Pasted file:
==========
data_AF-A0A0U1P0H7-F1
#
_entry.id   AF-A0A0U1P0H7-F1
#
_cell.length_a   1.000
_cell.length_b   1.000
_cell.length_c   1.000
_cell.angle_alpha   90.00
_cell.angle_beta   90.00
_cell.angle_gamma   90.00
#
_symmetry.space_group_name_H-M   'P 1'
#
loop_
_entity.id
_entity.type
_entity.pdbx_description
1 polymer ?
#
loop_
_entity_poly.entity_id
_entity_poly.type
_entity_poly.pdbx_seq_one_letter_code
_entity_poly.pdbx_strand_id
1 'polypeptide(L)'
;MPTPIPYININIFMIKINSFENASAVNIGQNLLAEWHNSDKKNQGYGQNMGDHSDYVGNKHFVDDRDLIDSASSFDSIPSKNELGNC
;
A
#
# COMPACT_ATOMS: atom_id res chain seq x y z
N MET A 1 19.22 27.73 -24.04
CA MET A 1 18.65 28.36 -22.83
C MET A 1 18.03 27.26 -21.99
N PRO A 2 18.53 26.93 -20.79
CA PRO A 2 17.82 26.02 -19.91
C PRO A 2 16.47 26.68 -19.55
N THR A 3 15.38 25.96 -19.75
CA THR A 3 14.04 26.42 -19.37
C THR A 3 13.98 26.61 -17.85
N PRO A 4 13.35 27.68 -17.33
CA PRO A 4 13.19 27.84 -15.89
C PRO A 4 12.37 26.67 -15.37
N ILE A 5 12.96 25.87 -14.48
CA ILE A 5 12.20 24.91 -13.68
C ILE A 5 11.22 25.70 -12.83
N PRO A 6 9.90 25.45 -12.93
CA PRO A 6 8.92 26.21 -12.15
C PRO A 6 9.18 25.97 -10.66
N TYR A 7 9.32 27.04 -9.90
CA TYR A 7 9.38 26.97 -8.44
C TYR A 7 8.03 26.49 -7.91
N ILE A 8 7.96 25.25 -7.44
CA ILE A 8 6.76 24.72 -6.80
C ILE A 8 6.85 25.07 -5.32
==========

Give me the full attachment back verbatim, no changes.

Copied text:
data_AF-A0A0U1P0H7-F1
#
_entry.id   AF-A0A0U1P0H7-F1
#
_cell.length_a   1.000
_cell.length_b   1.000
_cell.length_c   1.000
_cell.angle_alpha   90.00
_cell.angle_beta   90.00
_cell.angle_gamma   90.00
#
_symmetry.space_group_name_H-M   'P 1'
#
loop_
_entity.id
_entity.type
_entity.pdbx_description
1 polymer ?
#
loop_
_entity_poly.entity_id
_entity_poly.type
_entity_poly.pdbx_seq_one_letter_code
_entity_poly.pdbx_strand_id
1 'polypeptide(L)'
;MPTPIPYININIFMIKINSFENASAVNIGQNLLAEWHNSDKKNQGYGQNMGDHSDYVGNKHFVDDRDLIDSASSFDSIPSKNELGNC
;
A
#
# COMPACT_ATOMS: atom_id res chain seq x y z
N MET A 1 19.22 27.73 -24.04
CA MET A 1 18.65 28.36 -22.83
C MET A 1 18.03 27.26 -21.99
N PRO A 2 18.53 26.93 -20.79
CA PRO A 2 17.82 26.02 -19.91
C PRO A 2 16.47 26.68 -19.55
N THR A 3 15.38 25.96 -19.75
CA THR A 3 14.04 26.42 -19.37
C THR A 3 13.98 26.61 -17.85
N PRO A 4 13.35 27.68 -17.33
CA PRO A 4 13.19 27.84 -15.89
C PRO A 4 12.37 26.67 -15.37
N ILE A 5 12.96 25.87 -14.48
CA ILE A 5 12.20 24.91 -13.68
C ILE A 5 11.22 25.70 -12.83
N PRO A 6 9.90 25.45 -12.93
CA PRO A 6 8.92 26.21 -12.15
C PRO A 6 9.18 25.97 -10.66
N TYR A 7 9.32 27.04 -9.90
CA TYR A 7 9.38 26.97 -8.44
C TYR A 7 8.03 26.49 -7.91
N ILE A 8 7.96 25.25 -7.44
CA ILE A 8 6.76 24.72 -6.80
C ILE A 8 6.85 25.07 -5.32